Despite Marshall’s declaration that, “it is empirically the province and duty of the judicial department to say what the law is,” the judicial power has always been subject to limitations. Some of these limitations are constitutionally imposed, while others are imposed by the court itself.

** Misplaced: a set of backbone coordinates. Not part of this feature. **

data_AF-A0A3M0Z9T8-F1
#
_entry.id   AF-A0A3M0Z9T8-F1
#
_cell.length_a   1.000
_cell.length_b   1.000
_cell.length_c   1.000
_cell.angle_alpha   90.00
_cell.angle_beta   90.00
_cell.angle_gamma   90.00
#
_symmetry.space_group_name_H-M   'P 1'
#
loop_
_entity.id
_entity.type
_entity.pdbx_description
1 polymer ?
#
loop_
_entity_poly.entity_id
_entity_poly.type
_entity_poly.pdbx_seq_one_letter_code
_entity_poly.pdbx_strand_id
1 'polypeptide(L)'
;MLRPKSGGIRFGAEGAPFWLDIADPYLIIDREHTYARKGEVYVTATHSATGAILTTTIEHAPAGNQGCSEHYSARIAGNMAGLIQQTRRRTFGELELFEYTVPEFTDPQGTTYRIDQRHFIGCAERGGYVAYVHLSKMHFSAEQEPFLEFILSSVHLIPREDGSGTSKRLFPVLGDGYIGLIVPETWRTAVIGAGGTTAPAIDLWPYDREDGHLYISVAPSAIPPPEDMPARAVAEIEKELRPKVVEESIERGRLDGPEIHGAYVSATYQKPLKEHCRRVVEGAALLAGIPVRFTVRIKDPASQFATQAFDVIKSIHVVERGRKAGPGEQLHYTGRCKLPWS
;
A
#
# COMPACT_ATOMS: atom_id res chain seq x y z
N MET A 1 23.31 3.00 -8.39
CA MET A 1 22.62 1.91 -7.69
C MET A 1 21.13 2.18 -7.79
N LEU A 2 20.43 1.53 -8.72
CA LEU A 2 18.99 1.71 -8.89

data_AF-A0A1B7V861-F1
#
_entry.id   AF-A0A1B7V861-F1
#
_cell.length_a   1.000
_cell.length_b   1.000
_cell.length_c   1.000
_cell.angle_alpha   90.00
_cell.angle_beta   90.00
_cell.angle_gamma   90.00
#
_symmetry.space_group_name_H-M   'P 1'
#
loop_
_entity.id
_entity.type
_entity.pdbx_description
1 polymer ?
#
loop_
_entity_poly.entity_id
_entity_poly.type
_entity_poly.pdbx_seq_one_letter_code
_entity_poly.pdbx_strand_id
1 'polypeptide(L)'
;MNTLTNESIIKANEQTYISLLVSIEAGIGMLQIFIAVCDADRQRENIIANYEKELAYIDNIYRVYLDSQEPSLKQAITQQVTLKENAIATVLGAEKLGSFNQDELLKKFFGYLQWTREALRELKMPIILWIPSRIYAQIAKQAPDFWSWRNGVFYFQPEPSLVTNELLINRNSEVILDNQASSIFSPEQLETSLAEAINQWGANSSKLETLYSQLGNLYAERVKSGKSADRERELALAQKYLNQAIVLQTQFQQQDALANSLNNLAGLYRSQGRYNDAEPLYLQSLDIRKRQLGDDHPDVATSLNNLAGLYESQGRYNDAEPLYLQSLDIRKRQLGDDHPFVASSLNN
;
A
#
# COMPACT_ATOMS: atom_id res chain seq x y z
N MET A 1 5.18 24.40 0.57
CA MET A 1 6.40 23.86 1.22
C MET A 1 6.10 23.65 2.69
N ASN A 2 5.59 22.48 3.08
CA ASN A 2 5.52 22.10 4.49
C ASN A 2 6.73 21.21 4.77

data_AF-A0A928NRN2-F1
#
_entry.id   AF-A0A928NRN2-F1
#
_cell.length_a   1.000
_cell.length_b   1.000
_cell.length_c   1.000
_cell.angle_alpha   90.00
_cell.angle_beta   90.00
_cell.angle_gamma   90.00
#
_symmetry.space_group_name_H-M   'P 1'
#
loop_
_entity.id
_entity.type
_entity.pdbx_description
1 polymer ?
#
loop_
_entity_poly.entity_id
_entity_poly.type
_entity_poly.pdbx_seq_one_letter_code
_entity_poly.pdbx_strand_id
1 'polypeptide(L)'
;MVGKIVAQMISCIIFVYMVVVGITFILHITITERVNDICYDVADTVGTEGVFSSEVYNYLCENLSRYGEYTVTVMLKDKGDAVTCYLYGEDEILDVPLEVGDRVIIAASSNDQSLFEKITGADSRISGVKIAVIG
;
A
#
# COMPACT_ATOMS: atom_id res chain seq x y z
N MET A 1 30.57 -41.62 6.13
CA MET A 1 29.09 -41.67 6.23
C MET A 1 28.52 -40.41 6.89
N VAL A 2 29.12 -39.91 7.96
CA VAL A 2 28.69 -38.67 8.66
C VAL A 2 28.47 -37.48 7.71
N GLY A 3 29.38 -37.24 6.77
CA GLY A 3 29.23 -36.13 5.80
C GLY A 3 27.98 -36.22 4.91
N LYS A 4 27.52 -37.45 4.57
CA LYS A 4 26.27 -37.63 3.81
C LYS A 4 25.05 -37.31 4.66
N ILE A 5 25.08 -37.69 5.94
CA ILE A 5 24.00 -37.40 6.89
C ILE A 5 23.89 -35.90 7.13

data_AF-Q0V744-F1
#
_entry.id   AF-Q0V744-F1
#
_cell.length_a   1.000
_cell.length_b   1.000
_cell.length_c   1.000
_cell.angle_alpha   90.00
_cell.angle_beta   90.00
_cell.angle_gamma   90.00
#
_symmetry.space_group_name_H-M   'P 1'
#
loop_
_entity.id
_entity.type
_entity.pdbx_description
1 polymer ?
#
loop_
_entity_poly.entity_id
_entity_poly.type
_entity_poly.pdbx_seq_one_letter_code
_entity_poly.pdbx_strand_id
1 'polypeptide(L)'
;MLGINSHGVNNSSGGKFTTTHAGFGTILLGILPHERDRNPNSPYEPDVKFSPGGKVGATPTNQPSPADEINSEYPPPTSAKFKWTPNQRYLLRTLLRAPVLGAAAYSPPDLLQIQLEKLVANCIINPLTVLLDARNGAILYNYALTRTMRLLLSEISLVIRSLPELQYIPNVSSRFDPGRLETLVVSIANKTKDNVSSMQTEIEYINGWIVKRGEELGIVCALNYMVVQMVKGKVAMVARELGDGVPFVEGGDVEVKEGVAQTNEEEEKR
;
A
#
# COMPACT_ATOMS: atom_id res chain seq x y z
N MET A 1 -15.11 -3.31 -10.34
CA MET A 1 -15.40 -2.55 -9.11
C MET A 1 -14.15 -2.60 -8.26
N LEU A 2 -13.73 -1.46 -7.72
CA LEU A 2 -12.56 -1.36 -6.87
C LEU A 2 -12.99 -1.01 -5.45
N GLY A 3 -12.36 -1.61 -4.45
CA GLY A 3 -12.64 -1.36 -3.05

In order for a case to be heard by the Fed courts, the ? must get past a series of procedural obstacles: (1) the case must not require the giving of an advisory opinion, (2) the ? must have standing, (3) the case must not be moot, (4) the case must be ripe for a decision, and (5) the case must not involve a non-justiciable political question.